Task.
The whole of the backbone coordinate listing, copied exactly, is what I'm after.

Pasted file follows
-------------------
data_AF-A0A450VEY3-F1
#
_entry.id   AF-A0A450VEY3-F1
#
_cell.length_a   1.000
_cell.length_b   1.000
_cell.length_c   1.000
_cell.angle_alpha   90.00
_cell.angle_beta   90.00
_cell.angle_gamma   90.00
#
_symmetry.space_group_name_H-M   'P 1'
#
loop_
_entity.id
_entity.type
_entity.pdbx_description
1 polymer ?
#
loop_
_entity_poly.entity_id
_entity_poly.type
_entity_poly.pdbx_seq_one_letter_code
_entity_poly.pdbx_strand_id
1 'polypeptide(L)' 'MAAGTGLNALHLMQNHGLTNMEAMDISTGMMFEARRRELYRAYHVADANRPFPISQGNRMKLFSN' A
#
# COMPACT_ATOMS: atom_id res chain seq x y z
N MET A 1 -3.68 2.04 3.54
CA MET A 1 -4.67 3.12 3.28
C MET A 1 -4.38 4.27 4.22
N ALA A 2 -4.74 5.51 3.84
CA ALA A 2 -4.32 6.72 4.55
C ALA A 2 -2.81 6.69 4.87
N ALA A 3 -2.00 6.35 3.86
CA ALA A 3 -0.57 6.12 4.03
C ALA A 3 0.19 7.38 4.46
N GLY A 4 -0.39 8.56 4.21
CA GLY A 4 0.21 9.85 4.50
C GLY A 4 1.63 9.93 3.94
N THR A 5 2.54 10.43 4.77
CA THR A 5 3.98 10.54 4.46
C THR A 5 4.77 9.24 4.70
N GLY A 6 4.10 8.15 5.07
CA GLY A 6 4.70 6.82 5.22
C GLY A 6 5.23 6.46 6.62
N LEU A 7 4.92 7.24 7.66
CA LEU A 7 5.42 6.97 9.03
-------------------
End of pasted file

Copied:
data_AF-A0A450VEY3-F1
#
_entry.id   AF-A0A450VEY3-F1
#
_cell.length_a   1.000
_cell.length_b   1.000
_cell.length_c   1.000
_cell.angle_alpha   90.00
_cell.angle_beta   90.00
_cell.angle_gamma   90.00
#
_symmetry.space_group_name_H-M   'P 1'
#
loop_
_entity.id
_entity.type
_entity.pdbx_description
1 polymer ?
#
loop_
_entity_poly.entity_id
_entity_poly.type
_entity_poly.pdbx_seq_one_letter_code
_entity_poly.pdbx_strand_id
1 'polypeptide(L)' 'MAAGTGLNALHLMQNHGLTNMEAMDISTGMMFEARRRELYRAYHVADANRPFPISQGNRMKLFSN' A
#
# COMPACT_ATOMS: atom_id res chain seq x y z
N MET A 1 -3.68 2.04 3.54
CA MET A 1 -4.67 3.12 3.28
C MET A 1 -4.38 4.27 4.22
N ALA A 2 -4.74 5.51 3.84
CA ALA A 2 -4.32 6.72 4.55
C ALA A 2 -2.81 6.69 4.87
N ALA A 3 -2.00 6.35 3.86
CA ALA A 3 -0.57 6.12 4.03
C ALA A 3 0.19 7.38 4.46
N GLY A 4 -0.39 8.56 4.21
CA GLY A 4 0.21 9.85 4.50
C GLY A 4 1.63 9.93 3.94
N THR A 5 2.54 10.43 4.77
CA THR A 5 3.98 10.54 4.46
C THR A 5 4.77 9.24 4.70
N GLY A 6 4.10 8.15 5.07
CA GLY A 6 4.70 6.82 5.22
C GLY A 6 5.23 6.46 6.62
N LEU A 7 4.92 7.24 7.66
CA LEU A 7 5.42 6.97 9.03